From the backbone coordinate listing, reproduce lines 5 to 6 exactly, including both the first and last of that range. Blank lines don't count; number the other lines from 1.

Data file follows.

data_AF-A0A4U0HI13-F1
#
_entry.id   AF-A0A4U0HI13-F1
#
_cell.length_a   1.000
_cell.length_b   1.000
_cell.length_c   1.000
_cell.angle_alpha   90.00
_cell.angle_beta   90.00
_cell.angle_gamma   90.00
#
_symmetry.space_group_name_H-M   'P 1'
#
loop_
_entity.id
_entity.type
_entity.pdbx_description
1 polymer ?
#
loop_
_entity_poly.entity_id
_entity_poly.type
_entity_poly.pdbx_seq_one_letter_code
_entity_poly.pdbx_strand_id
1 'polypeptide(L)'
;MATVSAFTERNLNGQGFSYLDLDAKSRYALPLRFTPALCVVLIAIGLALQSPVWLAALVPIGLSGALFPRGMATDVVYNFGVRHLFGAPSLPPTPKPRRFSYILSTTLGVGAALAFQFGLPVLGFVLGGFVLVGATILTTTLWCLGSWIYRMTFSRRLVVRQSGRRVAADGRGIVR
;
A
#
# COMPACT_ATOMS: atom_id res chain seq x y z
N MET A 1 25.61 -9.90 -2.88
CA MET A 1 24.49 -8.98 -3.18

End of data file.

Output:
_cell.length_a   1.000
_cell.length_b   1.000